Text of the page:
|Orthographic influences in spoken wordrecognition have been previously examined in alphabetic languages. However, it is unknown whether orthographic information affects spoken wordrecognition in Chinese, which has a clean dissociation between orthography (O) and phonology (P). The present study investigated orthographic effects using event…
A discrete-wordrecognition system utilizing a word dictionary and phonological rules is described. In this system, nine distinctive features are extracted from a discrete-word input. Segmentation is performed using these features. Segmentation errors are corrected by applying a phoneme connecting rule. The input word is transformed into an input feature matrix. The comparison of this matrix with the standard derived
|Balota et al. [Balota, D., Cortese, M., Sergent-Marshall, S., Spieler, D., & Yap, M. (2004). Visual wordrecognition for single-syllable words. "Journal of Experimental Psychology: General, 133," 283-316] studied lexical processing in word naming and lexical decision using hierarchical multiple regression techniques for a large data set of…
Accurate location of the endpoints of an isolated word is important for reliable and robust wordrecognition. The endpoint detection problem is nontrivial for nonstationary backgrounds where artifacts (i.e., nonspeech events) may be introduced by the speaker, the recording environment, and the transmission system. Several techniques for the detection of the endpoints of isolated words recorded over a dialed-up telephone
LORI F. LAMEL; LAWRENCE R. RABINER; AARON E. ROSENBERG; JAY G. WILPON
Based on the observation that the unpredictable nature of conversational speech makes it almost impossible to reliably model sequential word constraints, the notion of word set error criteria is proposed for improved recognition of spontaneous dialogs. The single-pass adaptive boosting (AB) algorithm enables the language model weights to be tuned using the word set error criteria. In the two-pass version
Previous research has shown that the number of phonologically similar items influences the processing of spoken words (e.g., Vitevitch, 2002; Vitevitch and Luce, 1998). The present experiment examines the influence of semantic similarity on the speed and accuracy of spoken wordrecognition using a lexical decision task. Semantic density refers to the number of words that are semantically associated to
|Most words in English are ambiguous between different interpretations; words can mean different things in different contexts. We investigate the implications of different types of semantic ambiguity for connectionist models of wordrecognition. We present a model in which there is competition to activate distributed semantic representations. The…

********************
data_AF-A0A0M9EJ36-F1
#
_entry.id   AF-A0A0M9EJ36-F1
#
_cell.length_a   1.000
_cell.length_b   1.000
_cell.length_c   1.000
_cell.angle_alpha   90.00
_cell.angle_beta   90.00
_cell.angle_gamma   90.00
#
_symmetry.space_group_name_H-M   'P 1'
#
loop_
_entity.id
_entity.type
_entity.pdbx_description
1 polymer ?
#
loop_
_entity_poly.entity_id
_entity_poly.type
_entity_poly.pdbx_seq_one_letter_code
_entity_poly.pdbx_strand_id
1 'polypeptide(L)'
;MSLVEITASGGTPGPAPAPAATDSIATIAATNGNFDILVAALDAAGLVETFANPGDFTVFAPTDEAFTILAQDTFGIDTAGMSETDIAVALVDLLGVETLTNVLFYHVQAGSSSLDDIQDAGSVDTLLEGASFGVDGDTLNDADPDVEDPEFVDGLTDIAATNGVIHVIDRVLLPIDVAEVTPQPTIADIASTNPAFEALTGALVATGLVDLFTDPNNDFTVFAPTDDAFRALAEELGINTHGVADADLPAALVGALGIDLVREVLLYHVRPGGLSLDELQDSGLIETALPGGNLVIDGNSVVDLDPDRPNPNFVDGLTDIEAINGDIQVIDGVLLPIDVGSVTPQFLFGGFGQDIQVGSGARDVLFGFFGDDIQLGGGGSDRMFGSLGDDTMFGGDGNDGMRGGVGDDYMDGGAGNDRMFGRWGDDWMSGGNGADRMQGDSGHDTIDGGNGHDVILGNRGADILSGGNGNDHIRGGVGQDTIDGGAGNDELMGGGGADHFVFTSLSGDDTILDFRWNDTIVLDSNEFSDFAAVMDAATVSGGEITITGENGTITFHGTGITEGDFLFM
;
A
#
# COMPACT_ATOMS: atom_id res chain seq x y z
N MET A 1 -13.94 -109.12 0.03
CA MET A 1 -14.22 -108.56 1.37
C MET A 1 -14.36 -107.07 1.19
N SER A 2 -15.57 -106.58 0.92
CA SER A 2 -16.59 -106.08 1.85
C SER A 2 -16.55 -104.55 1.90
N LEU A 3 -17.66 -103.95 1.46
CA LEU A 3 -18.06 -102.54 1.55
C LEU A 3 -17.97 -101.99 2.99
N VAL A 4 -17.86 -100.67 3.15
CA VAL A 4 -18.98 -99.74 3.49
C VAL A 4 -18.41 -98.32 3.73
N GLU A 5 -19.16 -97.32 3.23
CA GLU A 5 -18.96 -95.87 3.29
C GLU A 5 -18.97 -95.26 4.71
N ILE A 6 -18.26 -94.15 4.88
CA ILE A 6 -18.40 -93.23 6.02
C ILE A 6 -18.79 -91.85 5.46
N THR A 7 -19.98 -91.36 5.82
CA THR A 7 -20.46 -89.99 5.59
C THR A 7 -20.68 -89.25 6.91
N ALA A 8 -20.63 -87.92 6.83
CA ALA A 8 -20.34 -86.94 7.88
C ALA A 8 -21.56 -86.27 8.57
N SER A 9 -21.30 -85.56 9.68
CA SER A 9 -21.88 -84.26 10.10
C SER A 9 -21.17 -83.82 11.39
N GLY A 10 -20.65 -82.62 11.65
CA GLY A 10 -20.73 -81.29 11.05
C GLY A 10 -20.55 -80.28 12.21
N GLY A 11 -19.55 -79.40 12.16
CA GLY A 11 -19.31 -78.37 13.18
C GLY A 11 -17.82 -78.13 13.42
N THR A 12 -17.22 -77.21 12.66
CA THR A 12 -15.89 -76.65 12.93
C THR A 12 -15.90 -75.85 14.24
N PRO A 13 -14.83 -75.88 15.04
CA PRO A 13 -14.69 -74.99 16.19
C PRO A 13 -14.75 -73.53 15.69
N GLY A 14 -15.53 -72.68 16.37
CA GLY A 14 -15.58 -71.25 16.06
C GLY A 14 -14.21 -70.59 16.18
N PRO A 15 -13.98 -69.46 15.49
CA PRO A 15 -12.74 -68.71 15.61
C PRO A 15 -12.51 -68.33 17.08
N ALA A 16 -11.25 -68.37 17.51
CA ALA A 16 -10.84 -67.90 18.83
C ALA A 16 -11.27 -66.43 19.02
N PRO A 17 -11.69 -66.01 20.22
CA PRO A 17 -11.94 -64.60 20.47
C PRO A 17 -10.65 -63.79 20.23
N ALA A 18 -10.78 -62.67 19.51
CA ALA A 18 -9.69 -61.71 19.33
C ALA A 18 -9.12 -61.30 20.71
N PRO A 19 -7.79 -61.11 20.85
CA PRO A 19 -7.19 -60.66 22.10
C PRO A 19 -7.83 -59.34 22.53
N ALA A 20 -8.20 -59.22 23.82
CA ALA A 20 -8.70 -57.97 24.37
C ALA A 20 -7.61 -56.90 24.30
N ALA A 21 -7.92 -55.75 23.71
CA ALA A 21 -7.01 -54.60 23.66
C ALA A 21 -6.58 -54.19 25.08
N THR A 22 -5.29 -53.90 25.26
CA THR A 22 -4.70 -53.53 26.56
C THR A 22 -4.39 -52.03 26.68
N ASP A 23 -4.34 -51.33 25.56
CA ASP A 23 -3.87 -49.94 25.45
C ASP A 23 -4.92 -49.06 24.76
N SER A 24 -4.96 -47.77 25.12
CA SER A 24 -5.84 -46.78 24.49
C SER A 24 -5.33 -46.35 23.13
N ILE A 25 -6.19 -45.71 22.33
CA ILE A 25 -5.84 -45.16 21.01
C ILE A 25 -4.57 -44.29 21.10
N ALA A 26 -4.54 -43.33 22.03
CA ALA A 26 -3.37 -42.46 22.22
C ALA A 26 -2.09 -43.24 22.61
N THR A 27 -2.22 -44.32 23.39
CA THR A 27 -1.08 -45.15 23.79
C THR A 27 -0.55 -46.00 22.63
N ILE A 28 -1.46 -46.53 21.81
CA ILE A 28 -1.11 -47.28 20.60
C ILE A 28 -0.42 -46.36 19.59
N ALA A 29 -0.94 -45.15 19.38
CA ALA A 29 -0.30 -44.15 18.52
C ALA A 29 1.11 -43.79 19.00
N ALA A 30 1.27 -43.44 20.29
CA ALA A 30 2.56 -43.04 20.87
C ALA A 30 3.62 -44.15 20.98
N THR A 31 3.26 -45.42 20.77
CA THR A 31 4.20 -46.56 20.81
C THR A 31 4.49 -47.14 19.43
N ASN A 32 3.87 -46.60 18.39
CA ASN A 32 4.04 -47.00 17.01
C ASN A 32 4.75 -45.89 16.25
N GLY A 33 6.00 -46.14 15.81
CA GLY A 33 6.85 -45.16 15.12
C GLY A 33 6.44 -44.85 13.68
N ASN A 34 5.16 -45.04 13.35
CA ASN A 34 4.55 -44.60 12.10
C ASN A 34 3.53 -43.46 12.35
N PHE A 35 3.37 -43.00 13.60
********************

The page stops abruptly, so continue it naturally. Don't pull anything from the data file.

Rodd, Jennifer M.; Gaskell, M. Gareth; Marslen-Wilson, William D.
|Word reading in alphabetic languages involves letter identification, independently of the format in which these letters are written. This process of letter "regularization" is sensitive to word context, leading to the recognition of a word even when numbers that resemble letters are inserted among other real letters (e.g., M4TERI4L). The present…
Molinaro, Nicola; Dunabeitia, Jon Andoni; Marin-Gutierrez, Alejandro; Carreiras, Manuel
Reports an error in "Coordination of wordrecognition and oculomotor control during reading: The role of implicit lexical decisions" by Wonil Choi and Peter C. Gordon (Journal of Experimental Psychology: Human Perception and Performance, 2013[Aug], Vol 39, 1032-1046). The graphs in Figures 1 and 2 are reversed. The online versions of this article have been corrected. (The following abstract of the original article appeared in record 2012-28751-001.) The coordination of word-recognition and oculomotor processes during reading was evaluated in eye-tracking experiments that examined how word skipping, where a word is not fixated during first-pass reading, is affected by the lexical status of a letter string in the parafovea and ease of recognizing that string. Ease of lexical recognition was manipulated through target-word frequency (Experiment 1) and through repetition priming between prime-target pairs embedded in a sentence (Experiment 2). Using the gaze-contingent boundary technique the targetword appeared in the parafovea either with full preview or with transposed-letter (TL) preview. The TL preview strings were nonwords in Experiment 1 (e.g., bilnk created from the target blink), but were words in Experiment 2 (e.g., sacred created from the target scared). Experiment 1 showed greater skipping for high-frequency than low-frequency targetwords in the full preview condition, but not in the TL preview (nonword) condition. Experiment 2 showed greater skipping for targetwords that repeated an earlier prime word than for those that did not, with this repetition priming occurring both with preview of the full target and with preview of the target's TL neighbor word. However, time to progress from the word after the target was greater following skips of the TL preview word, whose meaning was anomalous in the sentence context, than following skips of the full preview word whose meaning fit sensibly into the sentence context. Together, the results support the idea that coordination between word-recognition and oculomotor processes occurs at the level of implicit lexical decisions. (PsycINFO Database Record (c) 2013 APA, all rights reserved). PMID:23978215